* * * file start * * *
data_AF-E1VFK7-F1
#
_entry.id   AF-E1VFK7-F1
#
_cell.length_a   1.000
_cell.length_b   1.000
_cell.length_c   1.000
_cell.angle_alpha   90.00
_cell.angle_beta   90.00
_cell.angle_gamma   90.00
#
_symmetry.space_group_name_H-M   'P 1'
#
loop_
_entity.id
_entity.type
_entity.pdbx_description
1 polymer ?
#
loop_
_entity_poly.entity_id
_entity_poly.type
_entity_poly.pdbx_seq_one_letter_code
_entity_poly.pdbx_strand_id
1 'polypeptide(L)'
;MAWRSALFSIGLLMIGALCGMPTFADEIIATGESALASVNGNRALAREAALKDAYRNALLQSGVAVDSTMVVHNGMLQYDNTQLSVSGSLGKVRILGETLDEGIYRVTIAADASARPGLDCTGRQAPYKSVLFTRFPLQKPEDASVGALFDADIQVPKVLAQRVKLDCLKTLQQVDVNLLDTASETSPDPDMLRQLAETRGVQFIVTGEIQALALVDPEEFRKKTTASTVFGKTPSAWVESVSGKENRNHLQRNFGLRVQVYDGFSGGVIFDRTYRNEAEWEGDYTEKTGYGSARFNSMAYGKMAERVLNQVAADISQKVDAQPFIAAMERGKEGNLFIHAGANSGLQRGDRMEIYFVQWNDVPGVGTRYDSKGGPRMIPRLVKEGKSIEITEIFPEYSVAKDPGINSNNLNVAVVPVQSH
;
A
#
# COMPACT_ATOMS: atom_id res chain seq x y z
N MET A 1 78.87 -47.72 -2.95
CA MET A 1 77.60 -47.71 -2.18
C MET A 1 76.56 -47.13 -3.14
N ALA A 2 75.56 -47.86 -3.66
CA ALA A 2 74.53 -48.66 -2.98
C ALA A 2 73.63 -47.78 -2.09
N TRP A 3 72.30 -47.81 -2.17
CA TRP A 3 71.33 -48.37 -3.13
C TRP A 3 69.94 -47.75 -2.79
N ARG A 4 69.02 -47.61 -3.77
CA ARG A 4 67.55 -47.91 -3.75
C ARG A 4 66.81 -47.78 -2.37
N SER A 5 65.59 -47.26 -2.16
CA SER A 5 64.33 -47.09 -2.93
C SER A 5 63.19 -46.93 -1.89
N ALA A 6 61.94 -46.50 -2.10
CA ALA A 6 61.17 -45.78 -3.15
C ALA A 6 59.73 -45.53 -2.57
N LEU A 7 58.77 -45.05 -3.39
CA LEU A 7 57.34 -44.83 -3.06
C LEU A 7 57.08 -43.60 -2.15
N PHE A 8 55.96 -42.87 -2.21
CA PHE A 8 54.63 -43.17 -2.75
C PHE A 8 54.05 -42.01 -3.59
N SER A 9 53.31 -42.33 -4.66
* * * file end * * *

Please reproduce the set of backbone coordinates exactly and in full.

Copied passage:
data_AF-E1VFK7-F1
#
_entry.id   AF-E1VFK7-F1
#
_cell.length_a   1.000
_cell.length_b   1.000
_cell.length_c   1.000
_cell.angle_alpha   90.00
_cell.angle_beta   90.00
_cell.angle_gamma   90.00
#
_symmetry.space_group_name_H-M   'P 1'
#
loop_
_entity.id
_entity.type
_entity.pdbx_description
1 polymer ?
#
loop_
_entity_poly.entity_id
_entity_poly.type
_entity_poly.pdbx_seq_one_letter_code
_entity_poly.pdbx_strand_id
1 'polypeptide(L)'
;MAWRSALFSIGLLMIGALCGMPTFADEIIATGESALASVNGNRALAREAALKDAYRNALLQSGVAVDSTMVVHNGMLQYDNTQLSVSGSLGKVRILGETLDEGIYRVTIAADASARPGLDCTGRQAPYKSVLFTRFPLQKPEDASVGALFDADIQVPKVLAQRVKLDCLKTLQQVDVNLLDTASETSPDPDMLRQLAETRGVQFIVTGEIQALALVDPEEFRKKTTASTVFGKTPSAWVESVSGKENRNHLQRNFGLRVQVYDGFSGGVIFDRTYRNEAEWEGDYTEKTGYGSARFNSMAYGKMAERVLNQVAADISQKVDAQPFIAAMERGKEGNLFIHAGANSGLQRGDRMEIYFVQWNDVPGVGTRYDSKGGPRMIPRLVKEGKSIEITEIFPEYSVAKDPGINSNNLNVAVVPVQSH
;
A
#
# COMPACT_ATOMS: atom_id res chain seq x y z
N MET A 1 78.87 -47.72 -2.95
CA MET A 1 77.60 -47.71 -2.18
C MET A 1 76.56 -47.13 -3.14
N ALA A 2 75.56 -47.86 -3.66
CA ALA A 2 74.53 -48.66 -2.98
C ALA A 2 73.63 -47.78 -2.09
N TRP A 3 72.30 -47.81 -2.17
CA TRP A 3 71.33 -48.37 -3.13
C TRP A 3 69.94 -47.75 -2.79
N ARG A 4 69.02 -47.61 -3.77
CA ARG A 4 67.55 -47.91 -3.75
C ARG A 4 66.81 -47.78 -2.37
N SER A 5 65.59 -47.26 -2.16
CA SER A 5 64.33 -47.09 -2.93
C SER A 5 63.19 -46.93 -1.89
N ALA A 6 61.94 -46.50 -2.10
CA ALA A 6 61.17 -45.78 -3.15
C ALA A 6 59.73 -45.53 -2.57
N LEU A 7 58.77 -45.05 -3.39
CA LEU A 7 57.34 -44.83 -3.06
C LEU A 7 57.08 -43.60 -2.15
N PHE A 8 55.96 -42.87 -2.21
CA PHE A 8 54.63 -43.17 -2.75
C PHE A 8 54.05 -42.01 -3.59
N SER A 9 53.31 -42.33 -4.66